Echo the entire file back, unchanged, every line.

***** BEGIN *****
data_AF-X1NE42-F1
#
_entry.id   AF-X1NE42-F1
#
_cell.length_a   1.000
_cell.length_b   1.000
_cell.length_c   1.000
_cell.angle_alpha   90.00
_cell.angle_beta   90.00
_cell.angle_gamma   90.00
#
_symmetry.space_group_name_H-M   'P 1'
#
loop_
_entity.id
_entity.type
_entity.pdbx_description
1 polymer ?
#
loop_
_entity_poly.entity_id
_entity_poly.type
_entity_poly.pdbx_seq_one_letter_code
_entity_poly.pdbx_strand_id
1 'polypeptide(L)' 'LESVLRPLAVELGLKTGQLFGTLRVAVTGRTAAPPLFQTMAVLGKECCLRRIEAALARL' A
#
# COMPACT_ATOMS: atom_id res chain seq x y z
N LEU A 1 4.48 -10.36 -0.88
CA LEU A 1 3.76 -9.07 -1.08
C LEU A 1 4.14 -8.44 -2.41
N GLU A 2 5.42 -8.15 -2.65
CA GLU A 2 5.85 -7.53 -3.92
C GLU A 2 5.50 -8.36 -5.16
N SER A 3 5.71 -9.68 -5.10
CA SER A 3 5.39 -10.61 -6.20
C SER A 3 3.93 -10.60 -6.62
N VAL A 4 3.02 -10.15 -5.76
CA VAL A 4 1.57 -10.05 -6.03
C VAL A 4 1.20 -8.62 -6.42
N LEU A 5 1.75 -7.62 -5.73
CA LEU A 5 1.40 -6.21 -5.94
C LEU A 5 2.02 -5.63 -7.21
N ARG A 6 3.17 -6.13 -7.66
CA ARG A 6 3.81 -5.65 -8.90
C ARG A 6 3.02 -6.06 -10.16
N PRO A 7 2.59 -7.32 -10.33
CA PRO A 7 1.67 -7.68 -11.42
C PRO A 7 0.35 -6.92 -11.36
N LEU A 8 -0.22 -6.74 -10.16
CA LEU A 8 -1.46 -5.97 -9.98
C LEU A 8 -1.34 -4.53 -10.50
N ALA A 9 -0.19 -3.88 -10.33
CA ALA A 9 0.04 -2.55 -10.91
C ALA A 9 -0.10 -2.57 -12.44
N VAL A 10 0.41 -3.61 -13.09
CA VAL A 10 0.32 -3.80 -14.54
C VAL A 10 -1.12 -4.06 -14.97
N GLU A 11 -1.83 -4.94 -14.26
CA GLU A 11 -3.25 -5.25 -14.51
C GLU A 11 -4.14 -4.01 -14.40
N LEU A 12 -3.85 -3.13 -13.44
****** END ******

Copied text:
data_AF-X1NE42-F1
#
_entry.id   AF-X1NE42-F1
#
_cell.length_a   1.000
_cell.length_b   1.000
_cell.length_c   1.000
_cell.angle_alpha   90.00
_cell.angle_beta   90.00
_cell.angle_gamma   90.00
#
_symmetry.space_group_name_H-M   'P 1'
#
loop_
_entity.id
_entity.type
_entity.pdbx_description
1 polymer ?
#
loop_
_entity_poly.entity_id
_entity_poly.type
_entity_poly.pdbx_seq_one_letter_code
_entity_poly.pdbx_strand_id
1 'polypeptide(L)' 'LESVLRPLAVELGLKTGQLFGTLRVAVTGRTAAPPLFQTMAVLGKECCLRRIEAALARL' A
#
# COMPACT_ATOMS: atom_id res chain seq x y z
N LEU A 1 4.48 -10.36 -0.88
CA LEU A 1 3.76 -9.07 -1.08
C LEU A 1 4.14 -8.44 -2.41
N GLU A 2 5.42 -8.15 -2.65
CA GLU A 2 5.85 -7.53 -3.92
C GLU A 2 5.50 -8.36 -5.16
N SER A 3 5.71 -9.68 -5.10
CA SER A 3 5.39 -10.61 -6.20
C SER A 3 3.93 -10.60 -6.62
N VAL A 4 3.02 -10.15 -5.76
CA VAL A 4 1.57 -10.05 -6.03
C VAL A 4 1.20 -8.62 -6.42
N LEU A 5 1.75 -7.62 -5.73
CA LEU A 5 1.40 -6.21 -5.94
C LEU A 5 2.02 -5.63 -7.21
N ARG A 6 3.17 -6.13 -7.66
CA ARG A 6 3.81 -5.65 -8.90
C ARG A 6 3.02 -6.06 -10.16
N PRO A 7 2.59 -7.32 -10.33
CA PRO A 7 1.67 -7.68 -11.42
C PRO A 7 0.35 -6.92 -11.36
N LEU A 8 -0.22 -6.74 -10.16
CA LEU A 8 -1.46 -5.97 -9.98
C LEU A 8 -1.34 -4.53 -10.50
N ALA A 9 -0.19 -3.88 -10.33
CA ALA A 9 0.04 -2.55 -10.91
C ALA A 9 -0.10 -2.57 -12.44
N VAL A 10 0.41 -3.61 -13.09
CA VAL A 10 0.32 -3.80 -14.54
C VAL A 10 -1.12 -4.06 -14.97
N GLU A 11 -1.83 -4.94 -14.26
CA GLU A 11 -3.25 -5.25 -14.51
C GLU A 11 -4.14 -4.01 -14.40
N LEU A 12 -3.85 -3.13 -13.44